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Entries in smallmouth bass (62)

Thursday
Dec072017

Montana's Fort Peck Producing Big Smallies, Including State Record

In the Great Lakes states, smallmouth bass seem to be growing to record sizes by gorging on round gobies, an exotic species. Out West, they seem to be doing much the same thing by feeding on cisco (lake herring), likewise a nonnative species, at Montana's Fort Peck Reservoir.

At least that's the theory proposed by Mike Dominick in late September, after he caught a state record smallie. On a certified scale, it checked in at 7.51-pounds, besting the old mark of 7.4 caught last year by Jacob Fowler at Flathead Lake.

Dominick said that he's consistently caught smallmouths stuffed full of cisco, citing one trip when he caught five fish of more than 6 pounds each and another when he and a companion caught 30 topping 3 pounds each in 1 1/2 hours from the same spot.

"They've got the perfect recipe for growing them, as long as the bait keeps up. I think an 8-pounder will be caught next year," he said, adding that his fish could have been that large had it been caught in the spring, when it likely would be laden with eggs.

And he's surprised that walleye anglers haven't taken a record from the eastern Montana fishery yet. State record is 17.75 pounds caught in 2007 at Tiber Reservoir.

Incredibly, Dominick's trophy, which he released, is just a little more than a pound shy of the state record largemouth, an 8.8-pound specimen caught at Roxon Rapids Reservoir in 2009.

The Montana angler hooked the smallmouth along a submerged rocky ridge with a drop-shot rig on 8-pound test.

"It tried to jump twice, but it was too big," he told the Billings Gazette. "It just stuck its nose out of the water and wallowed around. It was ungodly fat, just an impressive fish."

A serious bass fisherman who drives 9 1/2 hours to fish Fort Peck, he was particularly pleased that his fish tops the current record, caught by casual angler Jacob Fowler from a  Flathead Lake dock, using bait.

"I've been working two years for that fish," Dominick said. "I thought that record was breakable.

"But whether Fish and Game accepts it or not, that's okay. It was the most impressive one I've seen in Montana."

Thursday
Nov022017

Round Gobies: The Good, The Bad, And The Ugly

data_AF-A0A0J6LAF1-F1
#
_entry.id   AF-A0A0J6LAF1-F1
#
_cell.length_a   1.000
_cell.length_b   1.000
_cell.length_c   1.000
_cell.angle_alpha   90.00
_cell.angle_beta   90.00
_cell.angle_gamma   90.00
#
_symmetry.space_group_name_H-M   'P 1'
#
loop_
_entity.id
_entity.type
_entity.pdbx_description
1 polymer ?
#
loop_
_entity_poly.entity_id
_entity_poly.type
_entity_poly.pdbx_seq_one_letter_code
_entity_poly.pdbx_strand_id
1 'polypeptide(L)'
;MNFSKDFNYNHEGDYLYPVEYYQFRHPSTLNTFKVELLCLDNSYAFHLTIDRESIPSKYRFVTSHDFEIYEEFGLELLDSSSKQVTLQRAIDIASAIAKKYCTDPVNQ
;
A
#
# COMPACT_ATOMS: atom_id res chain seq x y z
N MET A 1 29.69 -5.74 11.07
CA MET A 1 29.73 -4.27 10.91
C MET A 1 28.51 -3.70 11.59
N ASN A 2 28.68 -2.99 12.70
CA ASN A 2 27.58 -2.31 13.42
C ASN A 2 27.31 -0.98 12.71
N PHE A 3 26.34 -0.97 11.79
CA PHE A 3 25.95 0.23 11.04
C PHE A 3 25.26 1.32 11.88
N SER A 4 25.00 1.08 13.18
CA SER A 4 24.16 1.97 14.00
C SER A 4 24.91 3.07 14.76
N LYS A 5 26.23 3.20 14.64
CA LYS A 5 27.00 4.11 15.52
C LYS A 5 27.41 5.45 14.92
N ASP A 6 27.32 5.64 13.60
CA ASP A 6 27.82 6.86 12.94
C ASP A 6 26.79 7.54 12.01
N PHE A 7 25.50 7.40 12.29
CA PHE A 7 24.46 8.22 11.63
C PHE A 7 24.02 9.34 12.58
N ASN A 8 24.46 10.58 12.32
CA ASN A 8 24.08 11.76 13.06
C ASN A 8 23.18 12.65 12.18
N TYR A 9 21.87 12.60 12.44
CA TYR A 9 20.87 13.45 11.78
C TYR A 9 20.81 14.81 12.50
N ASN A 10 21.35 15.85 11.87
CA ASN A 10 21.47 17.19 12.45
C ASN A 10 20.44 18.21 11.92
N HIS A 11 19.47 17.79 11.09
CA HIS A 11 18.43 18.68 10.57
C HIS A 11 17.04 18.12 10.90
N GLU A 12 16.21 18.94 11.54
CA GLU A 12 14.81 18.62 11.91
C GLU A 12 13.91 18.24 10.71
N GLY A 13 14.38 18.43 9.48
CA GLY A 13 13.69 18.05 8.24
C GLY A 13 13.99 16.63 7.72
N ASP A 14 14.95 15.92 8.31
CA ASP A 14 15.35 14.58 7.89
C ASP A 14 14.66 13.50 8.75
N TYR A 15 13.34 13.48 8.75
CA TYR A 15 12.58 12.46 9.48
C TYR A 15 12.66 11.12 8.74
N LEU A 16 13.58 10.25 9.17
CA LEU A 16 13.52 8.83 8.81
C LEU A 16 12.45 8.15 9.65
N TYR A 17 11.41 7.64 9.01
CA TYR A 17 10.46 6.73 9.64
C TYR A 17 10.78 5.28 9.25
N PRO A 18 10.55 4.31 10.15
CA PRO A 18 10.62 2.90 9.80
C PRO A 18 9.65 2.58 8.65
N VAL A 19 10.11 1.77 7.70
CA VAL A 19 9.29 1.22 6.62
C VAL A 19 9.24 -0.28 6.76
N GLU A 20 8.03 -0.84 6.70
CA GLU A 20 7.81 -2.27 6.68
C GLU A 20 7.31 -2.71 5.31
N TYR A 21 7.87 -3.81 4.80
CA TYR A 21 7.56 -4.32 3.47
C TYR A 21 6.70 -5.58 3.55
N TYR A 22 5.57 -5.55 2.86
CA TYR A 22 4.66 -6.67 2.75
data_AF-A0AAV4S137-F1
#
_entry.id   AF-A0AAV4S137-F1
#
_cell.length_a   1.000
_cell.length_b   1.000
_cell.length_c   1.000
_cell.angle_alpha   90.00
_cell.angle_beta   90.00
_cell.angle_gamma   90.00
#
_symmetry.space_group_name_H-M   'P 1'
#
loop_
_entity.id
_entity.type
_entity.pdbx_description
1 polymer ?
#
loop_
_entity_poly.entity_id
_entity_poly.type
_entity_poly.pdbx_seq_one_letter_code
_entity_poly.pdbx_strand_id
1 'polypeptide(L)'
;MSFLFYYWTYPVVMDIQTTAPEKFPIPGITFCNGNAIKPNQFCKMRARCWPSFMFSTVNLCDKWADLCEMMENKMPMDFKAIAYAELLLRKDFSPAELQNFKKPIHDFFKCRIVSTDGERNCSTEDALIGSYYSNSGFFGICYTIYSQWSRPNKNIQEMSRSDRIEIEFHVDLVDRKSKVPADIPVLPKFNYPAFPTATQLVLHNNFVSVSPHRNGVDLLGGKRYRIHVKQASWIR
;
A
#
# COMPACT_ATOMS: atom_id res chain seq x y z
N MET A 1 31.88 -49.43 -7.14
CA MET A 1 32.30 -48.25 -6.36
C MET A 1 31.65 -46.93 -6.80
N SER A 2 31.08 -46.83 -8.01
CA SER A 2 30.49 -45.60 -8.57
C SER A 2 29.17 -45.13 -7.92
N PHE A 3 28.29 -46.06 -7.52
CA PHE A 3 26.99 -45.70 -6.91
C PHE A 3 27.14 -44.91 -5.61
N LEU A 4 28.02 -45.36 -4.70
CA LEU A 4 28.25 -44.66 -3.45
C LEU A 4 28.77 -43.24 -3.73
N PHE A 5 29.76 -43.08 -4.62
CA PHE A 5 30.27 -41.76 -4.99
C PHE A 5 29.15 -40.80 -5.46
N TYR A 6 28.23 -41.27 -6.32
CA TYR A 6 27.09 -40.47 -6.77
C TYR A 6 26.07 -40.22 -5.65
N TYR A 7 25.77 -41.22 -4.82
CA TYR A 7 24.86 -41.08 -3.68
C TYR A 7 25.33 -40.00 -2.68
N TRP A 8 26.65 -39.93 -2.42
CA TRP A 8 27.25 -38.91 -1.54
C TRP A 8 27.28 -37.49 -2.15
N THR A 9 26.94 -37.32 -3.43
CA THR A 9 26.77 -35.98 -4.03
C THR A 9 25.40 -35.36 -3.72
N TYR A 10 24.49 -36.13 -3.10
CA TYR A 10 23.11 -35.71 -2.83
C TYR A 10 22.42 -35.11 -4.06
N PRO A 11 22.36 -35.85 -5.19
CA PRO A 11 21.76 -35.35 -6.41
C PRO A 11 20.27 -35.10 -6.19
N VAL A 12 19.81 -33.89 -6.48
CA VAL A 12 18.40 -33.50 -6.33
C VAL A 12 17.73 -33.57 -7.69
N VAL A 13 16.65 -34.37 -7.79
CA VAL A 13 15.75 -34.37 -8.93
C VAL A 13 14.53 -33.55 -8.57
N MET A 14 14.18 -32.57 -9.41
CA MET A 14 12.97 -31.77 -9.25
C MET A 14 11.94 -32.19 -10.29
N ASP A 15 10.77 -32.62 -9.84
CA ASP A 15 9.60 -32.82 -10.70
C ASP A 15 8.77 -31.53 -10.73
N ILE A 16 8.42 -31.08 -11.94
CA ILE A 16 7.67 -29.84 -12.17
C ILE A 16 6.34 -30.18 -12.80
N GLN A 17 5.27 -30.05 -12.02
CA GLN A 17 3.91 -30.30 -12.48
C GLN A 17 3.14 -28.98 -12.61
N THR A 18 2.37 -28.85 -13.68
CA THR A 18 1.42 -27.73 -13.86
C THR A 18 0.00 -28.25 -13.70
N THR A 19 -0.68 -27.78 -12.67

A small invader has had a large impact on some northern bass fisheries since it first was discovered in 1990 in the St. Clair River, and it's not finished yet.

A bottom-dwelling fish that can grow to 10 inches, but more commonly is 3 to 5, the round goby has gained notoriety for eating the eggs of other species, including bass, in the Great Lakes and other waters. But it also has developed a taste for shellfish, it seems, particularly zebra mussels, another exotic species. At a glance, that would seem good news, but not necessarily.

 "In the past two years, we have observed a decline in the total mussel biomass in Oneida Lake, likely because of the rapid growth of the goby population," said Stephanie Roh, a Cornell University student researcher. "If these trends continue, we expect to see lakewide ecological changes such as decreased water clarity very soon."

The implications could be significant. Although zebra and now quagga mussels have caused many problems and cost the nation billions of dollars for control and mitigation, their filter feeding has improved water clarity in many fisheries, allowing more sunlight penetration, and thus encouraging the growth of beneficial vegetation.

In general, that has been good for bass and other sport fish that primarily are sight feeders. In places such as Minnesota's Mille Lacs, however, that ecological change is suspected, along with warming waters, of contributing to the decline in walleye, which prefer darker conditions.

Also, clearer water means less productivity in the form of phytoplankton and zooplankton at the bottom of the food chain for prey fish to eat. "Walleye eat mostly fish, and there's not as many fish," said Minnesota fisheries biologist Eric Jensen, adding that smallmouth continue to thrive because they also eat crayfish.